MUCH AT STAKE: Kurdish fighters battle Islamic State for control of strategic Mosul Dam
By Catholic Online (NEWS CONSORTIUM)
8/18/2014 (3 years ago)
Catholic Online (www.catholic.org)
Kurdish fighters, or Peshmerga are currently engaged in a strategic battle with Islamic state fighters over the Mosul Dam in northern Iraq. Peshmerga have fired mortars and explosives at extremist militants this past weekend as the battle to retake the strategic dam rages on.
The U.S. military confirmed a mix of fighter jets and drones carried out nine airstrikes on Saturday near Mosul and the Kurdish regional capital of Irbil.
LOS ANGELES, CA (Catholic Online) - While the Peshmerga had taken over the eastern side of the structure, clashes were ongoing over the western side.
Both sides face a daunting challenge: fighting a fierce offensive to retake the dam without damaging it. There is growing concern that the facility is not maintained and could rupture. A failure of the dam would be catastrophic, resulting in flooding all the way to Baghdad, one official said on condition of anonymity.
A Kurdish peshmerga fighter prepares his weapon at his combat position near the Mosul Dam at the town of Chamibarakat outside Mosul, Iraq.
Iraq's largest hydroelectric dam, the facility on the Tigris River about 31 miles north of the city of Mosul is a key source of electricity, irrigation and flood protection.
ISIS fighters seized it earlier this month. They were digging in to keep their grip, using snipers, land mines and other explosives in their efforts to fend off advancing forces.
The United States estimates there may be up to 400 ISIS fighters in and around the dam complex. Members of the Peshmerga says they ar3e worried that the militants could try to sabotage the dam.
The black flags of jihadist group Islamic State flew over the Mosul dam for 10 days before it was recaptured by Kurdish and Iraqi ground forces.
Islamic State operatives have set up high-powered explosives around buildings and detonated them, Kurdish Intelligence chief Masrour Barzani said.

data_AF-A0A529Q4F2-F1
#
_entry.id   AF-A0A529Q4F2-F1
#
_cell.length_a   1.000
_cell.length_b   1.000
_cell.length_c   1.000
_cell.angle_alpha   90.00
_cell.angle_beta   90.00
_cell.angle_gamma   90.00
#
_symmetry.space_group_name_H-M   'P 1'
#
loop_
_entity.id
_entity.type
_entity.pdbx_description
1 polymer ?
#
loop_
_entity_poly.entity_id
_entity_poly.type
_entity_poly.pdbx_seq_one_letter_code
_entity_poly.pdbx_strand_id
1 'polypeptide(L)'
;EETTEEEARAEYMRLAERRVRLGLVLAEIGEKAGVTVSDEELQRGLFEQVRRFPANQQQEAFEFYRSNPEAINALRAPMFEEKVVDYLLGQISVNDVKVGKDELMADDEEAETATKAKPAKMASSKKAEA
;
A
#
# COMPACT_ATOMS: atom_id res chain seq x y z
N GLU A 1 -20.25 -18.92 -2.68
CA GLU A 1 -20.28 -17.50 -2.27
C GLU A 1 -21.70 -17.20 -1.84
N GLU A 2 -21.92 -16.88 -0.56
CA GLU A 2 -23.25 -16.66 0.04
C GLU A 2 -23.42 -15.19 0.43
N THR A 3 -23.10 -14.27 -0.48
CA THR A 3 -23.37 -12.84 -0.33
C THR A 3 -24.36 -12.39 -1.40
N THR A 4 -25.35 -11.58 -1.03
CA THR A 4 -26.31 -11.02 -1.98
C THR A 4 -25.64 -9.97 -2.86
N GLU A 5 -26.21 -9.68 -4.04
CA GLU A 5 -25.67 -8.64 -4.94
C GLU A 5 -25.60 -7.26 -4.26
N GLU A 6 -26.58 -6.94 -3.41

"We believe our Peshmerga can take (the dam) back because this is something very, very dangerous," Barzani said.
U.S. military forces used "a mix of fighter, bomber, attack and remotely piloted aircraft to successfully conduct airstrikes near the Mosul Dam," according to U.S. Central Command.
President Barack Obama justified the airstrikes in a letter to Congress.
"The failure of the Mosul Dam could threaten the lives of large numbers of civilians, endanger U.S. personnel and facilities, including the U.S. Embassy in Baghdad, and prevent the Iraqi government from providing critical services to the Iraqi populace," a notice from the White House read.
"These military operations will be limited in their scope and duration as necessary to support the Iraqi forces in their efforts to retake and establish control of this critical infrastructure site," the letter read.
"The failure of the Mosul Dam could threaten the lives of large numbers of civilians, endanger U.S. personnel and facilities, including the U.S. Embassy in Baghdad, and prevent the Iraqi government from providing critical services to the Iraqi populace," it continued.
The U.S. military confirmed a mix of fighter jets and drones carried out nine airstrikes on Saturday near Mosul and the Kurdish regional capital of Irbil. On Sunday, the U.S. military conducted 14 airstrikes in Iraq, damaging or destroying ISIS militants' vehicles, armored personnel carriers and a checkpoint, Central Command.
Copyright 2017 - Distributed by THE CALIFORNIA NETWORK
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